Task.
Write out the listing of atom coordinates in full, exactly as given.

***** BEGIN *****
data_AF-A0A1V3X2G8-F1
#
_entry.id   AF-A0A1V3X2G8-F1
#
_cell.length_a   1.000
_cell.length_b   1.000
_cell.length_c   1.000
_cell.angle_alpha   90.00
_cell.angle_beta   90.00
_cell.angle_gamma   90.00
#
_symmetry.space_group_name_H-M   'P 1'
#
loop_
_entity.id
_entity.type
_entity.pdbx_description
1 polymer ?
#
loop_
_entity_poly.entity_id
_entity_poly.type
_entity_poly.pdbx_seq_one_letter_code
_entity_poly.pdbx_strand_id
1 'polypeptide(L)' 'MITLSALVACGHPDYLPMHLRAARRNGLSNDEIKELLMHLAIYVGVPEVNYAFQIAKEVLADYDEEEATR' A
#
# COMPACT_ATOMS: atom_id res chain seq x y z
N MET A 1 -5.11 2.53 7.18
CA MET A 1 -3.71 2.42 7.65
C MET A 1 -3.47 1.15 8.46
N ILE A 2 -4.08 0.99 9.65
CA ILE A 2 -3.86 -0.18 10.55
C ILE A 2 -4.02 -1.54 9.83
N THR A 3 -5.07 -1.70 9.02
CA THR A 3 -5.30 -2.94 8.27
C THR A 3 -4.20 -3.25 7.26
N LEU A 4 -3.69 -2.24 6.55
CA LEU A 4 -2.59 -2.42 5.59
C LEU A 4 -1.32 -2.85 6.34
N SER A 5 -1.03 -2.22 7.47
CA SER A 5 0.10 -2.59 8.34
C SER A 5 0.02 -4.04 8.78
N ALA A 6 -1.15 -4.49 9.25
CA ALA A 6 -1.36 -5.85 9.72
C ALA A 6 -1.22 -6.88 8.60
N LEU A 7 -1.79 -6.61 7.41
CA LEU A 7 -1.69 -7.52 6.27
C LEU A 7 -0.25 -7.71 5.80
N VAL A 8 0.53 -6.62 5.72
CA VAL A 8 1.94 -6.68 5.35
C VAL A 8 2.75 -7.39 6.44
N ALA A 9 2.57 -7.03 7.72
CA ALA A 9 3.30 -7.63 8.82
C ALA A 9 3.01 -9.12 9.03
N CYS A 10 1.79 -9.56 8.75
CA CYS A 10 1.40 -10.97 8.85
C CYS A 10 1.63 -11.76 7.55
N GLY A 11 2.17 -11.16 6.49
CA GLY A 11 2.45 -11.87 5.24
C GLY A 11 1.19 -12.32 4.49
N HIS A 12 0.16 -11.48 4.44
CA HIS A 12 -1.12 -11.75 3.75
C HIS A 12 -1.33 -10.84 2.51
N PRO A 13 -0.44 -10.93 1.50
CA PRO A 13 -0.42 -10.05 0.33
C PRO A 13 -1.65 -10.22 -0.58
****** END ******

data_AF-A0A1V3X2G8-F1
#
_entry.id   AF-A0A1V3X2G8-F1
#
_cell.length_a   1.000
_cell.length_b   1.000
_cell.length_c   1.000
_cell.angle_alpha   90.00
_cell.angle_beta   90.00
_cell.angle_gamma   90.00
#
_symmetry.space_group_name_H-M   'P 1'
#
loop_
_entity.id
_entity.type
_entity.pdbx_description
1 polymer ?
#
loop_
_entity_poly.entity_id
_entity_poly.type
_entity_poly.pdbx_seq_one_letter_code
_entity_poly.pdbx_strand_id
1 'polypeptide(L)' 'MITLSALVACGHPDYLPMHLRAARRNGLSNDEIKELLMHLAIYVGVPEVNYAFQIAKEVLADYDEEEATR' A
#
# COMPACT_ATOMS: atom_id res chain seq x y z
N MET A 1 -5.11 2.53 7.18
CA MET A 1 -3.71 2.42 7.65
C MET A 1 -3.47 1.15 8.46
N ILE A 2 -4.08 0.99 9.65
CA ILE A 2 -3.86 -0.18 10.55
C ILE A 2 -4.02 -1.54 9.83
N THR A 3 -5.07 -1.70 9.02
CA THR A 3 -5.30 -2.94 8.27
C THR A 3 -4.20 -3.25 7.26
N LEU A 4 -3.69 -2.24 6.55
CA LEU A 4 -2.59 -2.42 5.59
C LEU A 4 -1.32 -2.85 6.34
N SER A 5 -1.03 -2.22 7.47
CA SER A 5 0.10 -2.59 8.34
C SER A 5 0.02 -4.04 8.78
N ALA A 6 -1.15 -4.49 9.25
CA ALA A 6 -1.36 -5.85 9.72
C ALA A 6 -1.22 -6.88 8.60
N LEU A 7 -1.79 -6.61 7.41
CA LEU A 7 -1.69 -7.52 6.27
C LEU A 7 -0.25 -7.71 5.80
N VAL A 8 0.53 -6.62 5.72
CA VAL A 8 1.94 -6.68 5.35
C VAL A 8 2.75 -7.39 6.44
N ALA A 9 2.57 -7.03 7.72
CA ALA A 9 3.30 -7.63 8.82
C ALA A 9 3.01 -9.12 9.03
N CYS A 10 1.79 -9.56 8.75
CA CYS A 10 1.40 -10.97 8.85
C CYS A 10 1.63 -11.76 7.55
N GLY A 11 2.17 -11.16 6.49
CA GLY A 11 2.45 -11.87 5.24
C GLY A 11 1.19 -12.32 4.49
N HIS A 12 0.16 -11.48 4.44
CA HIS A 12 -1.12 -11.75 3.75
C HIS A 12 -1.33 -10.84 2.51
N PRO A 13 -0.44 -10.93 1.50
CA PRO A 13 -0.42 -10.05 0.33
C PRO A 13 -1.65 -10.22 -0.58